Think of this as the original Midsommar. A Christian cop goes to a mysterious island to investigate the disappearance of a girl. Everyone is very hospitable on this island, giving the outward appearance of goodness and innocence. However there is also a strange culture on the island, reflected in their observance of the Celtic religion, unconventional social mores and obsession with creepy animal masks. His investigation ultimately leads him to become ritualistically sacrificed in a ceremony, by burning alive inside an effigy of a wicker man as he prays to a God who will not save him. Benevolent Malevolence. Also, avoid the Nicholas Cage remake of this movie. Bees. Enough said.

Get Out (2017)

This movie is kind of like Stepford Wives but reoriented around race instead of sex. An African-American man goes to meet his white girlfriend’s family. While appearing racially progressive and friendly, they doth protest too much hethinks. In their earnestness to appear to be against racism, they reveal other racial biases and blindspots. He discovers their plot to replace his brain with a white person’s brain, trapping his consciousness in the Sunken Place forever. It’s a horror film which also works as a pointed critique of white ignorance, hubris, arrogance and complacency around racial issues. Except, his critique is not pointed at white conservatives who are more known for their problems with race, but well-meaning white liberals, almost as if to say, ‘even your allies might not have your best interests in mind’. In this movie, Rose and the other wealthy liberal white people may initially appear benevolent toward black people, but are actually malevolent, a clear inversion of the Jupiter archetype. Benevolent Malevolence.

Silence of the Lambs (1991)

Clarice Starling (played by Jodie Foster) is an FBI cop going after a serial killer, Buffalo Bill. The only way she is able to solve the case is by seeking the counsel of the supremely intelligent Dr. Hannibal Lecter (played by Anthony Hopkins). He is courteous, pleasant, worldly, intelligent, cultured, sophisticated, so very Jupiterian in many ways. He is also sadistic, cruel, insulting, calculating, violent and effing creepy. Oh and he eats people. So there’s that. Dr. Hannibal Lecter is Jupiterian figure turned on its head, someone who uses their sagacity and intellect for horrific purposes. Benevolent Malevolence.

♄ Saturn – Grimful Dread

Saturn is already a malefic planet, so its appearance in horror is usually closer to a straightforward embodiment of its archetype rather than the subversion of its archetype. Saturn is the planet of time, old age, austerity, seriousness, tragedy, grief, finality, severity, death, consequences.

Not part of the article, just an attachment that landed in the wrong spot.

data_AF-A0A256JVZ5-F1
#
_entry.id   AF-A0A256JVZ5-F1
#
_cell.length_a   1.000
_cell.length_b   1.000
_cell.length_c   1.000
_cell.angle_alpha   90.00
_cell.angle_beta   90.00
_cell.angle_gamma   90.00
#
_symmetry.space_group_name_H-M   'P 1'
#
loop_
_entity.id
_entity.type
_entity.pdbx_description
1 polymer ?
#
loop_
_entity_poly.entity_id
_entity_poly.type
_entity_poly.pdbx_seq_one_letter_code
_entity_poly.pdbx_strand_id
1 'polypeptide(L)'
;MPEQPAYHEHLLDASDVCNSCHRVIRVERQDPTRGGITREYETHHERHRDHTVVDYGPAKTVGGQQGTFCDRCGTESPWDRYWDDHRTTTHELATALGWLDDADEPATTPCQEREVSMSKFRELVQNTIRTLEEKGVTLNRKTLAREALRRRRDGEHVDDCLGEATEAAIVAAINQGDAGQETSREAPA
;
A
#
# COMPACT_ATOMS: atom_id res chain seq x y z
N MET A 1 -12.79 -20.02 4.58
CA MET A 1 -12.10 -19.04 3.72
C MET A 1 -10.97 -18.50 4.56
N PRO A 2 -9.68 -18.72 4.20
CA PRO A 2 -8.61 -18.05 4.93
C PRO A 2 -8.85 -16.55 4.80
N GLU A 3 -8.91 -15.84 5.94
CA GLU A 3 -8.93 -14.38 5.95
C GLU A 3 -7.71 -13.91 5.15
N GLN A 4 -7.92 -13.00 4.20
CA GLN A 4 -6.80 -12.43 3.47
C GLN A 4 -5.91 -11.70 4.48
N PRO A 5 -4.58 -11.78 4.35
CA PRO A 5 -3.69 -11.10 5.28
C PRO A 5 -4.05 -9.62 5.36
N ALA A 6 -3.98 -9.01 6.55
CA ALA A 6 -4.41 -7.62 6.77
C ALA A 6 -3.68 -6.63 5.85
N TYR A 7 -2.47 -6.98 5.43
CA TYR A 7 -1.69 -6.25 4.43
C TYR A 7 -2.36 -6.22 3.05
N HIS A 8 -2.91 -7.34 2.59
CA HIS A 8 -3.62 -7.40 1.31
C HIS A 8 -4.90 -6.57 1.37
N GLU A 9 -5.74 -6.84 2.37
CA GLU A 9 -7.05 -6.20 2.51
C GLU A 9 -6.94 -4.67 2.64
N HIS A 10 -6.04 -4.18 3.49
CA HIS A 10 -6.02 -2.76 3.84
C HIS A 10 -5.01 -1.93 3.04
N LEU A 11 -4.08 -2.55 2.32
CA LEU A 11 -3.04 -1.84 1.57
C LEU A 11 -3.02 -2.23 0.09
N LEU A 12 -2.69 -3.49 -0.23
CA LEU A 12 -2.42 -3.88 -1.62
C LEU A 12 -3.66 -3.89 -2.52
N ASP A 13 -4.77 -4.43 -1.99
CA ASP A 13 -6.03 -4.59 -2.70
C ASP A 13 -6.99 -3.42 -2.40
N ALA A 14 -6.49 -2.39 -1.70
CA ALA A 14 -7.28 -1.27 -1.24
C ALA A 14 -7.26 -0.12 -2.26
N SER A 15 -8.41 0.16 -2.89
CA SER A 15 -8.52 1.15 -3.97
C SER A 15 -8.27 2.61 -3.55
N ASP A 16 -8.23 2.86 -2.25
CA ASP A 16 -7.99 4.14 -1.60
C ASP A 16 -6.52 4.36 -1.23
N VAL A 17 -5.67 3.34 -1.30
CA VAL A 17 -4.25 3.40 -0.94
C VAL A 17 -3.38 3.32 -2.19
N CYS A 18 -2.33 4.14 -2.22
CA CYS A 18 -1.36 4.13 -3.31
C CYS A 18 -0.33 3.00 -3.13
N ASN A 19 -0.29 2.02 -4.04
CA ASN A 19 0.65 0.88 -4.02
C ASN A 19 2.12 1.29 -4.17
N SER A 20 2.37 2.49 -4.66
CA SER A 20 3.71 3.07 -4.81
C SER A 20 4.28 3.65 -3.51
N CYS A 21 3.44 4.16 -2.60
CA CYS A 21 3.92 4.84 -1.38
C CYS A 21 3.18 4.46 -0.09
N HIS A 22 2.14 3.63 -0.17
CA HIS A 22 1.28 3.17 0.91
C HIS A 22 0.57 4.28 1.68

The Babadook (2014)

Long before the Babadook inexplicably became a gay icon, he was a supernatural force in the terrifying movie The Babadook. A mother and her son are tormented by a supernatural force, the Babadook, but the real monster of the film is grief, which is absolutely Saturnian. The Babadook is essentially a personification of grief, particularly the mother’s grief over her husband’s death, which nearly leads her to killing her son as her mental state degrades (which somewhat mixes in a Mama Drama). The ending of the movie underlines this point about the Babadook, since the entity is never quite defeated but kept at bay, trapped in the basement and fed like a caged animal, suggesting that grief can never quite be defeated, but it can be maintained. Grimful Dread.

The Haunting of Hill House (2018)

In a similar vein is the extremely creepy and unexpectedly dramatic Netflix series adaptation of “The Haunting of Hill House”. It follows the five siblings of the Crain family, alternating between the traumatic events of their childhoods in an extremely haunted house and their adulthoods where they continue to struggle and move on from the ghosts that haunt them. What makes this show so particularly Saturnian is its focus on the passage of time and the grief of losing a parent and the inevitability of tragic endings. In fact, each of the 5 siblings represent each of the 5 stages of grief, and their storylines revolve around the step they’re associated with: Denial, Anger, Bargaining, Depression, and Acceptance.

Final Destination (2000)

Even the title is Saturnian. The villain is literally Death, and it can’t be escaped. A group of teens narrowly avoid being killed on a plane crash when one of them had a vision which stops them them from boarding the plane. They find out from a creepy mortician that they were supposed to die on the plane, and Death will come to each of them in the order of Death’s List. The teens begin to be killed in ever more implausible and gross ways. None survive. Grimful Dread.

♅ Uranus – Science Run Amok

Uranus is the planet of newness, of technological revolutions, scientific disruptions and transcendence of human limits. Sci-fi is essentially the genre of Uranus, which imagines the future and new possibilities. We tend to naturally consider these things to be positives, but it really depends. In the context of horror, the inversion of the Uranus archetype presents scenarios where technological revolutions turn against us, scientific disruptions are grotesque, and the transcendence of human limits never ends well. Man attempts to make something new and succeeds – and it blows up in his face. Science Run Amok.

Frankenstein (1931)

The original sci-fi horror story. Interestingly, Mary Shelley’s alternate title to the book was “The Modern Prometheus”, and Prometheus is a god which most closely matches the astrological character of Uranus. She deliberately wrote Frankenstein as a kind of unholy perverse retelling of the Genesis story about the creation of man. It’s often considered the first true sci-fi story, but I’d say it also qualifies as the first true Uranian horror story. I wouldn’t actually watch it to get scared but it is a classic.